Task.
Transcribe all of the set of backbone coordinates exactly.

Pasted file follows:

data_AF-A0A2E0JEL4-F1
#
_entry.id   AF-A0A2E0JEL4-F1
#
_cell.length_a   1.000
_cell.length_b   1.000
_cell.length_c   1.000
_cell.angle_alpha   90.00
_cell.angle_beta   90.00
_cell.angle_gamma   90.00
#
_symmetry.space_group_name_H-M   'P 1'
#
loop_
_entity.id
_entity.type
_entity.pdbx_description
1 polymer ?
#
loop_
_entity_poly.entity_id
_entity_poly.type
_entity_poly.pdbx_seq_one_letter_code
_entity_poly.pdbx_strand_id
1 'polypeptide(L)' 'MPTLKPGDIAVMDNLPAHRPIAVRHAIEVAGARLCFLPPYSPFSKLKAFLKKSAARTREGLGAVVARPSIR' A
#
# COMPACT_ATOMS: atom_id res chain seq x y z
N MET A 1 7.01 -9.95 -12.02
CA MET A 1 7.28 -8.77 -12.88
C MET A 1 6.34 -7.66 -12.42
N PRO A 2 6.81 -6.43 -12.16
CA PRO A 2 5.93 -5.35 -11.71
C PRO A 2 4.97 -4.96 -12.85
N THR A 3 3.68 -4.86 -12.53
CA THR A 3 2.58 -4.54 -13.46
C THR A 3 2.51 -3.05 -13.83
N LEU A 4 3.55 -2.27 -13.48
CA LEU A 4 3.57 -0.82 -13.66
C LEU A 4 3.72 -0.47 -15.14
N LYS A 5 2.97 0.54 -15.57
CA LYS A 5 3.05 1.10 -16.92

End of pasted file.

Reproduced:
data_AF-A0A2E0JEL4-F1
#
_entry.id   AF-A0A2E0JEL4-F1
#
_cell.length_a   1.000
_cell.length_b   1.000
_cell.length_c   1.000
_cell.angle_alpha   90.00
_cell.angle_beta   90.00
_cell.angle_gamma   90.00
#
_symmetry.space_group_name_H-M   'P 1'
#
loop_
_entity.id
_entity.type
_entity.pdbx_description
1 polymer ?
#
loop_
_entity_poly.entity_id
_entity_poly.type
_entity_poly.pdbx_seq_one_letter_code
_entity_poly.pdbx_strand_id
1 'polypeptide(L)' 'MPTLKPGDIAVMDNLPAHRPIAVRHAIEVAGARLCFLPPYSPFSKLKAFLKKSAARTREGLGAVVARPSIR' A
#
# COMPACT_ATOMS: atom_id res chain seq x y z
N MET A 1 7.01 -9.95 -12.02
CA MET A 1 7.28 -8.77 -12.88
C MET A 1 6.34 -7.66 -12.42
N PRO A 2 6.81 -6.43 -12.16
CA PRO A 2 5.93 -5.35 -11.71
C PRO A 2 4.97 -4.96 -12.85
N THR A 3 3.68 -4.86 -12.53
CA THR A 3 2.58 -4.54 -13.46
C THR A 3 2.51 -3.05 -13.83
N LEU A 4 3.55 -2.27 -13.48
CA LEU A 4 3.57 -0.82 -13.66
C LEU A 4 3.72 -0.47 -15.14
N LYS A 5 2.97 0.54 -15.57
CA LYS A 5 3.05 1.10 -16.92